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Since thy return, through days and weeks
Of hope that grew by stealth,
Hare kindled into health!
“ Another year is ours;"
Have smiled upon thy flowers.
Who tripping lisps a merry song
Amid his playful peers ?
A prisoner of fond fears;
Is quiet in its sheath,
Earth's sweetness in thy breath.
Thy help is with the weed that creeps
Along the humblest ground; No cliff so bare but on its steeps
Thy favours may be found; But most on some peculiar nook
That our own hands have drest, Thou and thy train are proud to look,
And seem to love it best.
And yet how pleased we wander forth
When May is whispering, “Come! “ Choose from the bowers of virgin earth
“ The happiest for your home;
“Heaven's bounteous love through me is spread
“ From sunshine, clouds, winds, waves, “Drops on the mouldering turret's head, “And on your turf-clad graves !
Such greeting heard, away with sighs
For lilies that must fade,
Forsaken' in the shade!
Are linked in endless chase; While, as one kindly growth retires,
Another takes its place.
And what if thou, sweet May, hast known
Mishap by worm and blight;
Have perished in thy sight;
Were caught as in a snare;
However bright and fair.
Lo! Streams that April could not check
Are patient of thy rule;
Loitering in glassy pool:
Such gentle mists as glide,
On that green mountain's side.
How delicate the leafy veil
Through which yon house of God
By few but shepherds trod!
No sooner stand attired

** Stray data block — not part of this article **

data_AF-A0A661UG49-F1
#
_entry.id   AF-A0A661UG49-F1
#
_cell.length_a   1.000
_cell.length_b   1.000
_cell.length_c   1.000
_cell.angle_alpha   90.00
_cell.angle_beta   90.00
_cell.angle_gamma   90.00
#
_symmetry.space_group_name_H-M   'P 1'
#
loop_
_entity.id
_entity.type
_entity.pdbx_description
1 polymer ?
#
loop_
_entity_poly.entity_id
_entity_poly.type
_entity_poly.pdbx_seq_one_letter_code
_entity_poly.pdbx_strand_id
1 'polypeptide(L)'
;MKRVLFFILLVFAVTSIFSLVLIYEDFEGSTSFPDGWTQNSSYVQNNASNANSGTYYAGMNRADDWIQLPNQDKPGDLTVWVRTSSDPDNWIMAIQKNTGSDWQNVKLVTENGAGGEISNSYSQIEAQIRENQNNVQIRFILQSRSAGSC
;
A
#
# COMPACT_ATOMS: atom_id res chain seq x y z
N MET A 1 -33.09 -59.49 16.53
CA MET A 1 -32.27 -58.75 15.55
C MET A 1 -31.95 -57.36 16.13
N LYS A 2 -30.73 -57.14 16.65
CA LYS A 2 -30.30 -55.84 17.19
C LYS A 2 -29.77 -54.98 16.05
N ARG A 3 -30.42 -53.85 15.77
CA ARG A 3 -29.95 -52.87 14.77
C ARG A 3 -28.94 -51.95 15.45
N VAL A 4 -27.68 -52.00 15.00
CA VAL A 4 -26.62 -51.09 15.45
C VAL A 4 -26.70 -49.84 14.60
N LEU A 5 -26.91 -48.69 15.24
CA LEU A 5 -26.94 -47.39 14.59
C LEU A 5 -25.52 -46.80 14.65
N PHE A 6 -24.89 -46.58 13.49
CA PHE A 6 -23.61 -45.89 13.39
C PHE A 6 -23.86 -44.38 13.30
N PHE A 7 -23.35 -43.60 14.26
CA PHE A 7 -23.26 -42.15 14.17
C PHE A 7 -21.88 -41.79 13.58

Peep forth, and are admired.
Season of fancy and of hope,
Permit not for one hour,
Nor add to it a flower!
Of self-restraining art,
SUGGESTED BY A PORTRAIT FROM THE PENCIL OF F. STONE.
[This Portrait has hung for many years in our principal sitting
room, and represents J. Q. as she was when a girl. The picture, though it is somewhat thinly painted, has much merit in tone and general effect : it is chiefly valuable, however, from the sentiment that pervades it. The Anecdote of the saying of the Monk in sight of Titian's picture was told in this house by Mr. Wilkie, and was, I believe, first communicated to the public in this poem, the former portion of which I was composing at the time. Southey heard the story from Miss Hutchinson, and transferred it to the “Doctor;" but it is not easy to explain how my friend Mr. Rogers, in a note
subsequently added to his “Italy,” was led to speak of the
gaze upon a Portrait whose mild gleam
A silver line, that runs from brow to crown And in the middle parts the braided hair,
Just serves to show how delicate a soil
Offspring of soul-bewitching Art, make me
Her right hand, as it lies